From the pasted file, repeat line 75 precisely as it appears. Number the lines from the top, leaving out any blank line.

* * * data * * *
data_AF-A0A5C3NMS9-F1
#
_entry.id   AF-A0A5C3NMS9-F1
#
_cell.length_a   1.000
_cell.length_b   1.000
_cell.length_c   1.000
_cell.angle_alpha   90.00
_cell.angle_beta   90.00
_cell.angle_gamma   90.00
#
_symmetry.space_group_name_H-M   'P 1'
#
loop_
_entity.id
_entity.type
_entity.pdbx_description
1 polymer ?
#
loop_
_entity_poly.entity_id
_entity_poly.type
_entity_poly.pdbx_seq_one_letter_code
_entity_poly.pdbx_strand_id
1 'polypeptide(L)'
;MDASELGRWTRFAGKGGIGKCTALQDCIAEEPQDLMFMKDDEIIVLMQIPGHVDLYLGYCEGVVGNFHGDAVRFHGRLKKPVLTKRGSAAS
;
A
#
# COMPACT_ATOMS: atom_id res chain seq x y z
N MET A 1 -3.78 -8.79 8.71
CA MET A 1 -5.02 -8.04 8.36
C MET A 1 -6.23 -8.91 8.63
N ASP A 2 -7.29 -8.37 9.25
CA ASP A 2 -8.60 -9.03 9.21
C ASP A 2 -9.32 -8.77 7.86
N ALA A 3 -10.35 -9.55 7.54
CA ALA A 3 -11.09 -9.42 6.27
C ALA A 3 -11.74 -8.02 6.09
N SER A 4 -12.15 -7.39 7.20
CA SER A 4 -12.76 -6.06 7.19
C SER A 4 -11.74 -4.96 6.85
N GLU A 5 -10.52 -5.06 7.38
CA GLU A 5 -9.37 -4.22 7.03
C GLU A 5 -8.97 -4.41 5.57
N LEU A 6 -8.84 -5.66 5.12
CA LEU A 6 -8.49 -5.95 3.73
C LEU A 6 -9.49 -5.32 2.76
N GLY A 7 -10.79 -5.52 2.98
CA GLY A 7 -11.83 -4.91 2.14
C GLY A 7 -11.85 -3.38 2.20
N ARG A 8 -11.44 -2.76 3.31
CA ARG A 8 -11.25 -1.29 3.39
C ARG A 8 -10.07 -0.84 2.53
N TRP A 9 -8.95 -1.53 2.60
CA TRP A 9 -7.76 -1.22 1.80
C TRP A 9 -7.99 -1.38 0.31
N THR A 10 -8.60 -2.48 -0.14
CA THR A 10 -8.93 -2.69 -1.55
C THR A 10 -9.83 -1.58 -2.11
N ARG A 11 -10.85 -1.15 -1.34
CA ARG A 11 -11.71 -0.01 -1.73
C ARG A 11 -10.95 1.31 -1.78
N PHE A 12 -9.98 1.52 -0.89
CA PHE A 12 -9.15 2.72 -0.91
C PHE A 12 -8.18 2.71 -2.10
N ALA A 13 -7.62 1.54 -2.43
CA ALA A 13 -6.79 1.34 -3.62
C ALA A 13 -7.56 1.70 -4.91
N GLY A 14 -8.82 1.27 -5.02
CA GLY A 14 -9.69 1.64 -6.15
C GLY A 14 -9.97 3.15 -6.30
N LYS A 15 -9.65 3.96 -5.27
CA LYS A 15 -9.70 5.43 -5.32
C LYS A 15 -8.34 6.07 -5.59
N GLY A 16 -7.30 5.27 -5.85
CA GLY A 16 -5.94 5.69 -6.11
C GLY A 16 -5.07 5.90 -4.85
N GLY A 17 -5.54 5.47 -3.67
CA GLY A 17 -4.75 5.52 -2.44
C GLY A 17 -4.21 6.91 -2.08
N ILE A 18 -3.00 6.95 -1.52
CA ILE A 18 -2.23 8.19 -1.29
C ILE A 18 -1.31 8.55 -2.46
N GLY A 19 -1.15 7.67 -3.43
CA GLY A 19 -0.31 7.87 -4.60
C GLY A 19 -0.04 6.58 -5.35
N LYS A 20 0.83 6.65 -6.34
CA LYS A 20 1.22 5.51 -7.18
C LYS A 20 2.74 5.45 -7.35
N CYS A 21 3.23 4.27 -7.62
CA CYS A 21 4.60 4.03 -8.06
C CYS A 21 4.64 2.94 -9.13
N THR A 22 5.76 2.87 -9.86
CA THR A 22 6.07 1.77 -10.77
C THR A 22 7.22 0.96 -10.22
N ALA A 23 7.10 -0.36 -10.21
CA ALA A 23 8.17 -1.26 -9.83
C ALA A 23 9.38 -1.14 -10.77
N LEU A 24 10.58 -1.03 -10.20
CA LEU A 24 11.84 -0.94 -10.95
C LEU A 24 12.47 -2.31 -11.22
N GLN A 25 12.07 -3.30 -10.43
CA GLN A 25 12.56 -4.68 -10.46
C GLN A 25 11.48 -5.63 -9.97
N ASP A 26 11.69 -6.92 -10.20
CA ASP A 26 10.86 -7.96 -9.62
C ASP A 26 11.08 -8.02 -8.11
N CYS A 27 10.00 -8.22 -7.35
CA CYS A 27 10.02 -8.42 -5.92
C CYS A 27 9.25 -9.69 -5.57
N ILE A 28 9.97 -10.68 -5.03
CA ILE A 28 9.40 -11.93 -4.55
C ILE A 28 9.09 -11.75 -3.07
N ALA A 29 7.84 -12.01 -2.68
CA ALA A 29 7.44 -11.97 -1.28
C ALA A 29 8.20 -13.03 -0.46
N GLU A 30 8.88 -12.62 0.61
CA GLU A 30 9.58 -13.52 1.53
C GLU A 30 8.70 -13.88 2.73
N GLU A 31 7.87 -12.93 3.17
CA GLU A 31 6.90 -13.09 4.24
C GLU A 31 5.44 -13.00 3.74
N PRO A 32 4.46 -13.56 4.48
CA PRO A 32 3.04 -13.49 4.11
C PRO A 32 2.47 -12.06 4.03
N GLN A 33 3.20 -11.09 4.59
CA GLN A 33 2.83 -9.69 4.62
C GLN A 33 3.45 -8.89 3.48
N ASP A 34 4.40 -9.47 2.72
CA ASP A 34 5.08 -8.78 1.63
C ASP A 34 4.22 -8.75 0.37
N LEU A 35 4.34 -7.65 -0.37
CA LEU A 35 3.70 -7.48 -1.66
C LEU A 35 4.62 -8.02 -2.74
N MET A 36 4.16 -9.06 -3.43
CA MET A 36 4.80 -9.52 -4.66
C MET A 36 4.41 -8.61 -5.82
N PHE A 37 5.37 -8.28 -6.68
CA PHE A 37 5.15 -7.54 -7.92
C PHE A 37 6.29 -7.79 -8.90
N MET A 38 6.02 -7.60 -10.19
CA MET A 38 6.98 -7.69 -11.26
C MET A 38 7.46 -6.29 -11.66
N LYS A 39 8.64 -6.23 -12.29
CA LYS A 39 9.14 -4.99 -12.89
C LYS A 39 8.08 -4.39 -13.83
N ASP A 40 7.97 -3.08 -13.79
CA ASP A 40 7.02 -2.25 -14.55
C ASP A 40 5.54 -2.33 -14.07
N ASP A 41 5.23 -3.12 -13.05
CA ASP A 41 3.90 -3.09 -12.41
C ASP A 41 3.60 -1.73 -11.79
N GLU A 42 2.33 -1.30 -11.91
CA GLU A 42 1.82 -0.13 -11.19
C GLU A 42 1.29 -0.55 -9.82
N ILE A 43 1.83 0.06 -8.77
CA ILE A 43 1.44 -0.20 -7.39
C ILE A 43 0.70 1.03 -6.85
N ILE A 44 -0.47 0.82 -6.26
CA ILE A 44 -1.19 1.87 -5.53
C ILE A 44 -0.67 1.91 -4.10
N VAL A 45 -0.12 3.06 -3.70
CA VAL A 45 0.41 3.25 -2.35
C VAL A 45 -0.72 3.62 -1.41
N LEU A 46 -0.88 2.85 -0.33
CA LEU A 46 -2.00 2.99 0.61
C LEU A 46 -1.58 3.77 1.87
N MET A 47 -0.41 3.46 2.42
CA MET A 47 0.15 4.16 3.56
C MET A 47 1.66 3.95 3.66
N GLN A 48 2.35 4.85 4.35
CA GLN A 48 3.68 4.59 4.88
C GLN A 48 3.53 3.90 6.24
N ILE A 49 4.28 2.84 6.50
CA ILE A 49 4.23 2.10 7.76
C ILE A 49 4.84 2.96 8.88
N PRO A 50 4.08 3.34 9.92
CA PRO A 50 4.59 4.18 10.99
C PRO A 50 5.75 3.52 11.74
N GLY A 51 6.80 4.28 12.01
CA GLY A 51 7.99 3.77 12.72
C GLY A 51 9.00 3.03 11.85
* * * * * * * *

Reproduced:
C LYS A 15 -8.34 6.07 -5.59